- Security TWENTY
- Women in Security
Drug-related crime causes widespread misery and costs the public purse more than £9bn a year. Yet focus and funding are lacking across the criminal justice system to tackle drug use and supply. The system is not working well.
So said the Chief Inspector of Probation Justin Russell after his inspectorate published a report on drug treatment and recovery work with people on probation. He said: “Probation services have an important role to play in supporting positive change for individuals caught up in drugs and their supply.
“The new Probation Service must strengthen every aspect of its work with drug users. It needs to build a comprehensive picture of this crime-generating cohort and commission the right services to reduce their drug use. Justice and health organisations must work more closely together, for example to ensure continuity of support for prison leavers.”
Mr Russell added: “Earlier this year, the government provided additional funding to improve drugs treatment. While the announcement was welcome, the money is for just one year – we need sustained commitment to fund drug treatment and recovery for people on probation.
“I welcome Dame Carol Black’s recent call for additional ring-fenced government funding for substance misuse treatment. People on probation should be an urgent priority for any future increase in investment, which would cut crime, save lives and more than pay for itself in the long run.”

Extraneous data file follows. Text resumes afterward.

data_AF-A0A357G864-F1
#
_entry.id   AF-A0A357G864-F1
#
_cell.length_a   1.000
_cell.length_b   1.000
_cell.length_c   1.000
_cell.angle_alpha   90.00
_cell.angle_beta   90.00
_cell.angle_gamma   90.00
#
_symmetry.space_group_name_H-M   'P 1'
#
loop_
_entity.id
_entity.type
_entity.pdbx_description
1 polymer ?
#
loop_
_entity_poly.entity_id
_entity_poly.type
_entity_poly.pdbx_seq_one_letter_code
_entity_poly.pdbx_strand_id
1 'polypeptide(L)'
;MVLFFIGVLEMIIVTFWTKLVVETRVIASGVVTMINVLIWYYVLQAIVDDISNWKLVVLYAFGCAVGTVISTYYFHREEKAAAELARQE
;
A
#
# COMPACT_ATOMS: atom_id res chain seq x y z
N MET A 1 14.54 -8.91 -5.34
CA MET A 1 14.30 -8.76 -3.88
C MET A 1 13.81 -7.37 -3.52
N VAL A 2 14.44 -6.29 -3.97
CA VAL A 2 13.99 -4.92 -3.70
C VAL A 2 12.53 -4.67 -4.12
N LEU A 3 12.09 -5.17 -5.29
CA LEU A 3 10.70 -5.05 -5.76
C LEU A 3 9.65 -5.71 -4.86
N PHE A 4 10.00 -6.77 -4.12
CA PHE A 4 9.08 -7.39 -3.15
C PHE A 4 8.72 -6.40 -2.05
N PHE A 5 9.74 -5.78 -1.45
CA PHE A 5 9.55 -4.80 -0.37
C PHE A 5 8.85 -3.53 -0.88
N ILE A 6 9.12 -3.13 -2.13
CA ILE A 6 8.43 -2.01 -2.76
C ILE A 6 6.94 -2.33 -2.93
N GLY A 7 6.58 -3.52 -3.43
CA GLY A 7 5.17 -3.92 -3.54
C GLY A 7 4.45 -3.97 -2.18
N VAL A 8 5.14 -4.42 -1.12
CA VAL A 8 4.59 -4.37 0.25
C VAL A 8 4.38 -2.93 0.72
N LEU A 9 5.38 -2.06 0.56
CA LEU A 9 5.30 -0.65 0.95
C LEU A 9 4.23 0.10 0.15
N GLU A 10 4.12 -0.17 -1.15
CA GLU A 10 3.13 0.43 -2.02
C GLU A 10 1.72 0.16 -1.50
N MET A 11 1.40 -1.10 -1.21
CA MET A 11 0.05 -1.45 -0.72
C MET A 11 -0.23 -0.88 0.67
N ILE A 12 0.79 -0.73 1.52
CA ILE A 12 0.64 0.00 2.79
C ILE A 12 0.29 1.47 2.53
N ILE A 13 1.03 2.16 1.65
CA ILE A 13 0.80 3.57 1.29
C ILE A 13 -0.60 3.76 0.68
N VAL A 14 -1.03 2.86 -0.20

The Coalition government’s ‘Transforming Rehabilitation’ split up and part-privatised probation services across England and Wales in 2014. The probation service was unified and put back into the public sector in June 2021.
The inspectors found probation services often overstretched. Practitioners did not always have the time to examine someone’s ‘back story’ and identify what could help support them into recovery, stay safe and move away from drug-related offending, according to the report. Criminal justice programmes to identify and refer people for treatment have “withered on the vine”, the inspectors found.
Probation services across England and Wales supervise nearly 156,000 people. HM Inspectorate of Probation estimates that almost 75,000 of these individuals have a drugs problem, yet fewer than 3,000 people were referred by probation services to specialist drug misuse treatment in 2019/20, according to its report, with the UK regulator the Care Quality Commission. You can read the joint thematic inspection of community-based drug treatment and recovery work with people on probation, at justiceinspectorates.gov.uk/hmiprobation.
For Dame Carol Black’s review of misuse of illegal drugs in England, visit https://www.gov.uk/government/publications/review-of-drugs-phase-two-report.